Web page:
For me, yoga is all about connection and reconnection. Coming from a strongly scientific background it would be easy to assume that I would be a sceptic and have no interest in anything beyond the physical. Actually, it is quite the opposite. Studying chemical and nuclear physics at university made me strongly aware that all matter is equal, all matter is made of energy – that which cannot be created or destroyed and has been in existence since the Big Bang. If this is so, then we are all more inextricably linked to each other and the Universe than we ever could imagine. My atoms are the same atoms that were created in the Sun millions of years ago, just in a new form. The atoms in Brad Pitt’s breakfast may once have been in volcano that destroyed Pompeii. The atoms from a wash bucket in Auschwitz may now be in a Costa latte. We could never tell.
As a scientist and Reiki practitioner I also believe that these energies run through our body. In yoga this would translate as prana, or life energy, running through the nadis, or energy channels. I do believe that periods of physical or emotional trauma can off-centre the energy which is in delicate balance in our body. This is where yoga can help to restore and repair the energy paths. In our meditative practise we can calm and relax the spirit and mind and in our asana practise we can reawaken and redress the body.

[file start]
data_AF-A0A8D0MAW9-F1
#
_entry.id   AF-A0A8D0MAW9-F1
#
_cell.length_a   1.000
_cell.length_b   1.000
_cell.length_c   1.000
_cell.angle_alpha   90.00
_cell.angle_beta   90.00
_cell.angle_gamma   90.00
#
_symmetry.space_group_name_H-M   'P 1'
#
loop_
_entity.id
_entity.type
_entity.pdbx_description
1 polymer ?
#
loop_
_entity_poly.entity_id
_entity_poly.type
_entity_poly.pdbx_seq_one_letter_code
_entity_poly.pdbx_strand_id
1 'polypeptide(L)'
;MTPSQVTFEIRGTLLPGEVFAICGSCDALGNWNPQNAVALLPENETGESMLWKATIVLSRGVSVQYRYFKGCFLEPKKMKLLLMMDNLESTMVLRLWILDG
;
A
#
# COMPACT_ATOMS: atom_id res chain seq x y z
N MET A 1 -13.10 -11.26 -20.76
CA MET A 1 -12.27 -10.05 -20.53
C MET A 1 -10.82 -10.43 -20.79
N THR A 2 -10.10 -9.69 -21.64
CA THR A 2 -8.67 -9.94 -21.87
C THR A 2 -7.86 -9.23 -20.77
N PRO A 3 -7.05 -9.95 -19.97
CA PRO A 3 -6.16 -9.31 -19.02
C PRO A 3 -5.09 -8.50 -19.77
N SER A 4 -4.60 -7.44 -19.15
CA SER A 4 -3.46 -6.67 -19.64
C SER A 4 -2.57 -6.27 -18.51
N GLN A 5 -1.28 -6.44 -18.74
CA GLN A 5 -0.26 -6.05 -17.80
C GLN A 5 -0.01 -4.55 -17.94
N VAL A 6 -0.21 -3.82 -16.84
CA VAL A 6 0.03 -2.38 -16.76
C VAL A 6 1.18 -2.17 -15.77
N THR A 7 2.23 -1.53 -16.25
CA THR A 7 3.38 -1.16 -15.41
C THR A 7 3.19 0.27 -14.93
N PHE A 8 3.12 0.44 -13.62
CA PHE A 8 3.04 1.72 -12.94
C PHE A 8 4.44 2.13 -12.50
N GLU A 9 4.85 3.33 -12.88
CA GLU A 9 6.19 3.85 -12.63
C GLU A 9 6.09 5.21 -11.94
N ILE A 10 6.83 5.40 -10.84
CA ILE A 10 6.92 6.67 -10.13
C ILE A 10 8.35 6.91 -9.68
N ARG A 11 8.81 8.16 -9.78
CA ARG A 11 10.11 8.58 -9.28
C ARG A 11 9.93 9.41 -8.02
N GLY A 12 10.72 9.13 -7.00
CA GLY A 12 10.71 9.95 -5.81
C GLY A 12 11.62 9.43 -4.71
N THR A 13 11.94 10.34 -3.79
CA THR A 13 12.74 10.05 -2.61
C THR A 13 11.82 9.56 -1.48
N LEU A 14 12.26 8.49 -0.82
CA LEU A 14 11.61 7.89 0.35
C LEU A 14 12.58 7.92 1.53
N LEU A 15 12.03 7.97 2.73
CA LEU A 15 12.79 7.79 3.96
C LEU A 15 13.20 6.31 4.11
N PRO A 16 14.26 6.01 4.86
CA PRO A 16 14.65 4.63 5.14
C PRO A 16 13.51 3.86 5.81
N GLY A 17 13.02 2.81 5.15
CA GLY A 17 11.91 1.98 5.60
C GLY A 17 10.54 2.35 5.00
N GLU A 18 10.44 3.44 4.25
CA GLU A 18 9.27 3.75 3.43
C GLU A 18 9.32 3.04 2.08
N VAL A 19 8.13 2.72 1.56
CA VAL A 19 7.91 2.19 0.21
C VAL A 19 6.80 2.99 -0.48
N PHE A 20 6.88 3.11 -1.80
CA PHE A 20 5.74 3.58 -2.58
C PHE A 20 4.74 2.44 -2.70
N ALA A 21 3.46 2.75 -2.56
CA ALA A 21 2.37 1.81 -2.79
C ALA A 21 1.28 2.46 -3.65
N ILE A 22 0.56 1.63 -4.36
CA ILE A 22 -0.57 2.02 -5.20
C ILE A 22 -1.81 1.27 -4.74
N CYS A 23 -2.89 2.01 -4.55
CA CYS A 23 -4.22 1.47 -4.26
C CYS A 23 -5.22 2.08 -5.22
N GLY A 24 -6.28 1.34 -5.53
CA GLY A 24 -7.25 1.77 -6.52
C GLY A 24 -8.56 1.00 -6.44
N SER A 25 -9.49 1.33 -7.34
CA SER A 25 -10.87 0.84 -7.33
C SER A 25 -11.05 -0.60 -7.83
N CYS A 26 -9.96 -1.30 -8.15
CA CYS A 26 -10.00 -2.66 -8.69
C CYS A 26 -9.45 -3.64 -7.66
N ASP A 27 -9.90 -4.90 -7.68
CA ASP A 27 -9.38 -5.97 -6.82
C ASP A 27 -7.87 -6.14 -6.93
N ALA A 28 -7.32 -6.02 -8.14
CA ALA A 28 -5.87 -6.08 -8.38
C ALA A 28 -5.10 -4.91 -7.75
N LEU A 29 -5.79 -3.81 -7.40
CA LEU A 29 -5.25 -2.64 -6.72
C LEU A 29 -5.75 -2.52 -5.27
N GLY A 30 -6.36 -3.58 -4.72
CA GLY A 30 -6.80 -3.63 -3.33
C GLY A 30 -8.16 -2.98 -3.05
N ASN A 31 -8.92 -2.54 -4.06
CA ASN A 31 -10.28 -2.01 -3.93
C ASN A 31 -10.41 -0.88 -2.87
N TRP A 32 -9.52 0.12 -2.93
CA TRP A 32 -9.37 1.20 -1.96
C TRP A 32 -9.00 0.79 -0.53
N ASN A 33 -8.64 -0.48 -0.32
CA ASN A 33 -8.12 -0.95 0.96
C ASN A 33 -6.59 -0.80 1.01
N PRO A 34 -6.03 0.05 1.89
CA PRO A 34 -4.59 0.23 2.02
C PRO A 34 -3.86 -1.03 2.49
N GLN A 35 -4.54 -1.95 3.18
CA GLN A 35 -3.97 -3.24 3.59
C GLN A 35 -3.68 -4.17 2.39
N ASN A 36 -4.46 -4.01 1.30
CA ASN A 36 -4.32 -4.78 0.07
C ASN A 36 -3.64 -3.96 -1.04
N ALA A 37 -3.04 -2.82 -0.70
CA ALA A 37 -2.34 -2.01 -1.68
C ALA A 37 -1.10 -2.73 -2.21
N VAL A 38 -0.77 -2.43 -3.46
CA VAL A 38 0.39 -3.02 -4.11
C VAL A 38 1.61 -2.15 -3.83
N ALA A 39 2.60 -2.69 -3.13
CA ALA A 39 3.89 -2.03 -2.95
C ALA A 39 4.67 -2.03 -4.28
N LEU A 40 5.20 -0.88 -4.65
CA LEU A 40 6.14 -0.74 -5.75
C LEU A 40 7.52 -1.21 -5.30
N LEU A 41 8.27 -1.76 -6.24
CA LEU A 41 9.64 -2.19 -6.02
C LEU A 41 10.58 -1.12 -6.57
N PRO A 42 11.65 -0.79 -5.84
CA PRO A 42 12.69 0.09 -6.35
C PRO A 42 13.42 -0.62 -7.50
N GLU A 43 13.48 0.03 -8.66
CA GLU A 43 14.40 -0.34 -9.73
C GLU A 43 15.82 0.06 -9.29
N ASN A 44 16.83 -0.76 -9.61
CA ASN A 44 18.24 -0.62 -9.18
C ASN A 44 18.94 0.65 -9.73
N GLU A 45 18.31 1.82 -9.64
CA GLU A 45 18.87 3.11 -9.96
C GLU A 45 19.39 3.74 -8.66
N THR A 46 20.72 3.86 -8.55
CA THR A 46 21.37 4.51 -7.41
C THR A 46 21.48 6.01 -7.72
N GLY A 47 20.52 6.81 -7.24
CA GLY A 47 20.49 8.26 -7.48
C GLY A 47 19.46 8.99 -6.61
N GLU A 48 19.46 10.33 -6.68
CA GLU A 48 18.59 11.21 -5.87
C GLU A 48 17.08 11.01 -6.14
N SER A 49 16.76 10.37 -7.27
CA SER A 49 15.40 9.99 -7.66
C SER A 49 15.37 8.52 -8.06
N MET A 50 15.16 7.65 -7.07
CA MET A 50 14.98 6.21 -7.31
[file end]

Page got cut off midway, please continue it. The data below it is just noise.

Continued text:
In a world where we rarely truly have time to ourselves, small moments of inner peace can make all the difference to our happiness. I know this first hand as yoga helped me overcome depression. Too often I lived in the state of ‘what if’ and found myself on a downward spiral. It occurred to me one day that I was miserable as I persistently put the key to my own happiness in the palm of another. Then, when it fell apart, so did I and I would dwell on what went wrong to the point of seeking medical attention. I have learnt that through being more centred and putting my body in control, all that matters in the present. The past does not matter as it is gone, and why worry about the future when it hasn’t happened yet? When you are in control of your own body and mind, you are in control of your life. Even though external factors may throw spanners in the works, the way you respond is the way you will overcome.
With this in mind, while practising yoga it is important to remember who we are and where we came from, in order to be truly grounded and centred in our practise. In my classes I hope to be able to teach calming of the mind and work towards chitta vritti nirodha. I hope to be able to create a sustainably peaceful but happy atmosphere, a welcoming environment where exploration is encouraged and judgements are left outside. We are, after all, from one and the same.